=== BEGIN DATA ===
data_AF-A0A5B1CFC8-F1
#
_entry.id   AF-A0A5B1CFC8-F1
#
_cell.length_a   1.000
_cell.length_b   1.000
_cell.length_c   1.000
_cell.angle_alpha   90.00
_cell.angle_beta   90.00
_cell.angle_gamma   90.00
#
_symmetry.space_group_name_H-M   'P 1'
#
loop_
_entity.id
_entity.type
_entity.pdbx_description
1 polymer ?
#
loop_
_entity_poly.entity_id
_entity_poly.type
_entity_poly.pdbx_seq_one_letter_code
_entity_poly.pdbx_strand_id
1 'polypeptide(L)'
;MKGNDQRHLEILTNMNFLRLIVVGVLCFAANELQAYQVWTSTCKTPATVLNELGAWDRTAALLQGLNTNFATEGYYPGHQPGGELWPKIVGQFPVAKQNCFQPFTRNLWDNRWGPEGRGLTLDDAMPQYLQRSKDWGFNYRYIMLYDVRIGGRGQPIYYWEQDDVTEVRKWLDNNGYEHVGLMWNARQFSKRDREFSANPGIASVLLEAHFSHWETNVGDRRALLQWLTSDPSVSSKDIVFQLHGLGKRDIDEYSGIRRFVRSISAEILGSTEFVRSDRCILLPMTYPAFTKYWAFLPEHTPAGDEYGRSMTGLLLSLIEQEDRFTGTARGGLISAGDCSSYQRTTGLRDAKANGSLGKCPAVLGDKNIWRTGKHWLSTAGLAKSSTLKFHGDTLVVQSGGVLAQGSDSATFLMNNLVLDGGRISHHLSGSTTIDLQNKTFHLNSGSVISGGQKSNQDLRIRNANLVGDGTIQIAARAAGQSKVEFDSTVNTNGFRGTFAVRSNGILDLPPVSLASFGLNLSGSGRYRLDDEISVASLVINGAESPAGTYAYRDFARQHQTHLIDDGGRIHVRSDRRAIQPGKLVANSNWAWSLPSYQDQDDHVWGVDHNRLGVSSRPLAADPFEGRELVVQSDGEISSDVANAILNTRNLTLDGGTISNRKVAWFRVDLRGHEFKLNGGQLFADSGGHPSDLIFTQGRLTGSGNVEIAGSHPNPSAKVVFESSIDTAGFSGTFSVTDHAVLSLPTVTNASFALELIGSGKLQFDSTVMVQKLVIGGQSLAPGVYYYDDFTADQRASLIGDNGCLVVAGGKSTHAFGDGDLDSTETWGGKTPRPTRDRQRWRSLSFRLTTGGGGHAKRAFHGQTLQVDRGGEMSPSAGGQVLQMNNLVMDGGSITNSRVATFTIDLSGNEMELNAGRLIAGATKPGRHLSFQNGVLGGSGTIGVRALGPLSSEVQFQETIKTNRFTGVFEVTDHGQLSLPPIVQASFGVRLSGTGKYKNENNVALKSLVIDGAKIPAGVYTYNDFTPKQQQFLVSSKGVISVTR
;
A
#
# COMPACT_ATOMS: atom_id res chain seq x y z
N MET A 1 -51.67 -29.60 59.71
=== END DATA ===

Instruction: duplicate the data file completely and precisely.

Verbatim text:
data_AF-A0A5B1CFC8-F1
#
_entry.id   AF-A0A5B1CFC8-F1
#
_cell.length_a   1.000
_cell.length_b   1.000
_cell.length_c   1.000
_cell.angle_alpha   90.00
_cell.angle_beta   90.00
_cell.angle_gamma   90.00
#
_symmetry.space_group_name_H-M   'P 1'
#
loop_
_entity.id
_entity.type
_entity.pdbx_description
1 polymer ?
#
loop_
_entity_poly.entity_id
_entity_poly.type
_entity_poly.pdbx_seq_one_letter_code
_entity_poly.pdbx_strand_id
1 'polypeptide(L)'
;MKGNDQRHLEILTNMNFLRLIVVGVLCFAANELQAYQVWTSTCKTPATVLNELGAWDRTAALLQGLNTNFATEGYYPGHQPGGELWPKIVGQFPVAKQNCFQPFTRNLWDNRWGPEGRGLTLDDAMPQYLQRSKDWGFNYRYIMLYDVRIGGRGQPIYYWEQDDVTEVRKWLDNNGYEHVGLMWNARQFSKRDREFSANPGIASVLLEAHFSHWETNVGDRRALLQWLTSDPSVSSKDIVFQLHGLGKRDIDEYSGIRRFVRSISAEILGSTEFVRSDRCILLPMTYPAFTKYWAFLPEHTPAGDEYGRSMTGLLLSLIEQEDRFTGTARGGLISAGDCSSYQRTTGLRDAKANGSLGKCPAVLGDKNIWRTGKHWLSTAGLAKSSTLKFHGDTLVVQSGGVLAQGSDSATFLMNNLVLDGGRISHHLSGSTTIDLQNKTFHLNSGSVISGGQKSNQDLRIRNANLVGDGTIQIAARAAGQSKVEFDSTVNTNGFRGTFAVRSNGILDLPPVSLASFGLNLSGSGRYRLDDEISVASLVINGAESPAGTYAYRDFARQHQTHLIDDGGRIHVRSDRRAIQPGKLVANSNWAWSLPSYQDQDDHVWGVDHNRLGVSSRPLAADPFEGRELVVQSDGEISSDVANAILNTRNLTLDGGTISNRKVAWFRVDLRGHEFKLNGGQLFADSGGHPSDLIFTQGRLTGSGNVEIAGSHPNPSAKVVFESSIDTAGFSGTFSVTDHAVLSLPTVTNASFALELIGSGKLQFDSTVMVQKLVIGGQSLAPGVYYYDDFTADQRASLIGDNGCLVVAGGKSTHAFGDGDLDSTETWGGKTPRPTRDRQRWRSLSFRLTTGGGGHAKRAFHGQTLQVDRGGEMSPSAGGQVLQMNNLVMDGGSITNSRVATFTIDLSGNEMELNAGRLIAGATKPGRHLSFQNGVLGGSGTIGVRALGPLSSEVQFQETIKTNRFTGVFEVTDHGQLSLPPIVQASFGVRLSGTGKYKNENNVALKSLVIDGAKIPAGVYTYNDFTPKQQQFLVSSKGVISVTR
;
A
#
# COMPACT_ATOMS: atom_id res chain seq x y z
N MET A 1 -51.67 -29.60 59.71